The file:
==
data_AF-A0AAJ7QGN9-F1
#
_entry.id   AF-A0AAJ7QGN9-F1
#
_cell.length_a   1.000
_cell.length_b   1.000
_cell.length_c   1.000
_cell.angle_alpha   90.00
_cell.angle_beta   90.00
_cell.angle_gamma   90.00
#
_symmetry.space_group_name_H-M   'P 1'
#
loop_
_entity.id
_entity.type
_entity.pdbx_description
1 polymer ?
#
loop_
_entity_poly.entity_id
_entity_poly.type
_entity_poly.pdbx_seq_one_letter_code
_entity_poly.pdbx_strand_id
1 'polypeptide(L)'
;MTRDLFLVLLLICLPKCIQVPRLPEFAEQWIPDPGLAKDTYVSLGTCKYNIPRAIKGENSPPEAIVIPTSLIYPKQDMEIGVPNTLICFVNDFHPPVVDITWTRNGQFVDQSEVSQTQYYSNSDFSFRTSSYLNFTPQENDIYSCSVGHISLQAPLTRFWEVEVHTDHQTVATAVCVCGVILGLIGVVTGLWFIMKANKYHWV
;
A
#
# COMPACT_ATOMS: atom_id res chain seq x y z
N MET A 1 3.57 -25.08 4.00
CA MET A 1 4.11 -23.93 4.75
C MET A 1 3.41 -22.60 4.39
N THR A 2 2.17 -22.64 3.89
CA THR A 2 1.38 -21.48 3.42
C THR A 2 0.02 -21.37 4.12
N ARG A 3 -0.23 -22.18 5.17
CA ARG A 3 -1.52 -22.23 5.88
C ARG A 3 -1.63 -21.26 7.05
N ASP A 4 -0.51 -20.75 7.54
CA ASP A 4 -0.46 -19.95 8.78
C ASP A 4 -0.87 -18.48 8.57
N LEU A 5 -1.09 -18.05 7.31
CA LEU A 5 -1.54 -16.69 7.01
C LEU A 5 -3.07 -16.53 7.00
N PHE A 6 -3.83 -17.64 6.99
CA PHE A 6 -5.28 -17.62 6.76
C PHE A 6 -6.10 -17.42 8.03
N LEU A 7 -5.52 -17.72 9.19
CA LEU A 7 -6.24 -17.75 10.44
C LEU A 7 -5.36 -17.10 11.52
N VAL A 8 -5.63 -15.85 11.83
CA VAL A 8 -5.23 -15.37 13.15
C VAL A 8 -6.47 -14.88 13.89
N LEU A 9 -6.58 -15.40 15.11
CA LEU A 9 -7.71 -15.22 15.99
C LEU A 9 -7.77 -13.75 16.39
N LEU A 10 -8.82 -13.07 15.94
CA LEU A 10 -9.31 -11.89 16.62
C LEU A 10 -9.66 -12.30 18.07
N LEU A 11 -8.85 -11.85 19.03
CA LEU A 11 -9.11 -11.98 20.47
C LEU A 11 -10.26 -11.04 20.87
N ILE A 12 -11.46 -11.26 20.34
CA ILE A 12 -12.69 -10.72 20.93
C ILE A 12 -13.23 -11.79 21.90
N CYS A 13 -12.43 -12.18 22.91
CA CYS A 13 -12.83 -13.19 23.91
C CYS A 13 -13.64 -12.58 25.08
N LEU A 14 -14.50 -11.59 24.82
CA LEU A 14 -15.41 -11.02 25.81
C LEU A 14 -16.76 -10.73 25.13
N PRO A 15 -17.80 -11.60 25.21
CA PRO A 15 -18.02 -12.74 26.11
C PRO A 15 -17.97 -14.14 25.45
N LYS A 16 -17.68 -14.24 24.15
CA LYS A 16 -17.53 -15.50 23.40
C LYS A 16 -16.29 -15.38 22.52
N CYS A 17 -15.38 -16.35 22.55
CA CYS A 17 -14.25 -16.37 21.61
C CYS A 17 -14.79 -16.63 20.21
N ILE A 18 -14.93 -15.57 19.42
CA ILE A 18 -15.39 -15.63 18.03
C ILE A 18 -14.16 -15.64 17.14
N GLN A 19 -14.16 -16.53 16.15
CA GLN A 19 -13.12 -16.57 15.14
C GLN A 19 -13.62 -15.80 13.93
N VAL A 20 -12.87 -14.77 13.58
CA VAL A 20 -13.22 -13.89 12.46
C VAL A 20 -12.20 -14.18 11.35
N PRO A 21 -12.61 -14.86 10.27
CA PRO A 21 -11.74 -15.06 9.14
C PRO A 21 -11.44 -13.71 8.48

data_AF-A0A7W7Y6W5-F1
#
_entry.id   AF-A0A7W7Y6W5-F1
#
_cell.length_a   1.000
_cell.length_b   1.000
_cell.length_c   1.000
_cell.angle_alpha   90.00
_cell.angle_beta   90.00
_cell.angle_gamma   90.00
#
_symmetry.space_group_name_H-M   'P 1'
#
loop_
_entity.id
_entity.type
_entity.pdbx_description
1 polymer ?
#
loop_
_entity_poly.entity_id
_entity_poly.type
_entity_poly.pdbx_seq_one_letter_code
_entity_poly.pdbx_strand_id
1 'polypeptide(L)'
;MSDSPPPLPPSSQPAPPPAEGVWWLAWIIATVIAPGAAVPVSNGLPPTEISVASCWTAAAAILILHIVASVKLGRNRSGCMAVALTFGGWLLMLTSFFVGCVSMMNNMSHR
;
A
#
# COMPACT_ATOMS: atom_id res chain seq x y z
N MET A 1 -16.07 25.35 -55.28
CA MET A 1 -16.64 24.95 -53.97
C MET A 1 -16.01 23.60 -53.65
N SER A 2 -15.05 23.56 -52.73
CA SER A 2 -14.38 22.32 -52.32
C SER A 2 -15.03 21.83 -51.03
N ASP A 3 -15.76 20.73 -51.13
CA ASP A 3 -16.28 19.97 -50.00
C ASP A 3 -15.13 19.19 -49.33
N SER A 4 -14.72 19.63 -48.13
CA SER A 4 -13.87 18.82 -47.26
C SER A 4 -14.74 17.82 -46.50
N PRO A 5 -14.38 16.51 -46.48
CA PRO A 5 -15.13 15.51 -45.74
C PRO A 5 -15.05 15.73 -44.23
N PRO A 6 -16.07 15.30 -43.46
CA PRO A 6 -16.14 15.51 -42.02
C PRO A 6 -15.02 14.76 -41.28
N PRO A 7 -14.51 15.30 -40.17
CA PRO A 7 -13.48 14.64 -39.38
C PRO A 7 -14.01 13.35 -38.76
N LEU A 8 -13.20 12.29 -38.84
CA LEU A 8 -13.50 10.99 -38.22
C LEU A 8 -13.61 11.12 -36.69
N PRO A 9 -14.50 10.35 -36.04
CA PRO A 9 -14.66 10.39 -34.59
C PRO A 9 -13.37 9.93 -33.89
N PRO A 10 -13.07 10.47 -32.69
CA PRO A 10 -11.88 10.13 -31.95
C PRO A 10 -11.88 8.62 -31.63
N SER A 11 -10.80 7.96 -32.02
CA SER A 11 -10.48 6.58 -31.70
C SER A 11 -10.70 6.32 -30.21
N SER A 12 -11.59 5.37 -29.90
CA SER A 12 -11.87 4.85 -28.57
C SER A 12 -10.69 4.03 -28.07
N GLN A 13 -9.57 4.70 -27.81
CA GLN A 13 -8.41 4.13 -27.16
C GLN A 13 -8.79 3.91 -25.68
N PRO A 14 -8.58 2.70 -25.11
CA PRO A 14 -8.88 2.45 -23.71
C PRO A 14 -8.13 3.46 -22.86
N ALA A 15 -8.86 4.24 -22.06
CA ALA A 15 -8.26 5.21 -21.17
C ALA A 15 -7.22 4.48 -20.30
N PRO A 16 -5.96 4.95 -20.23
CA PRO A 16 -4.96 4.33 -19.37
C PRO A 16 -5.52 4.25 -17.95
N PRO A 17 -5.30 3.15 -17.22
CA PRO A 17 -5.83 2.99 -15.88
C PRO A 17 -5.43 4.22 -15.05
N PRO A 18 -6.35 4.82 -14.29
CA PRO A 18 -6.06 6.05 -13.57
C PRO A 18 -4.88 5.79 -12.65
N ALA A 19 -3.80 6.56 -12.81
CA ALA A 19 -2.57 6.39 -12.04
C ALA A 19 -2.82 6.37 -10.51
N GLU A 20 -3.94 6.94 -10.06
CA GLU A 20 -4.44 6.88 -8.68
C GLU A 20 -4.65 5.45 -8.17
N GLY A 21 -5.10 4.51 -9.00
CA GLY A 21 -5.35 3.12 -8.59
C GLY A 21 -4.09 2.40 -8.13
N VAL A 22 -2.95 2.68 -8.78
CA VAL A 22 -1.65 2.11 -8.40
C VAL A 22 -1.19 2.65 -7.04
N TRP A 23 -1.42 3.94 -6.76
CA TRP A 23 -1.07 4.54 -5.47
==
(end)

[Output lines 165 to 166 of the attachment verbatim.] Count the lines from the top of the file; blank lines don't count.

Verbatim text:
C PRO A 14 -8.13 3.46 -22.86
N ALA A 15 -8.86 4.24 -22.06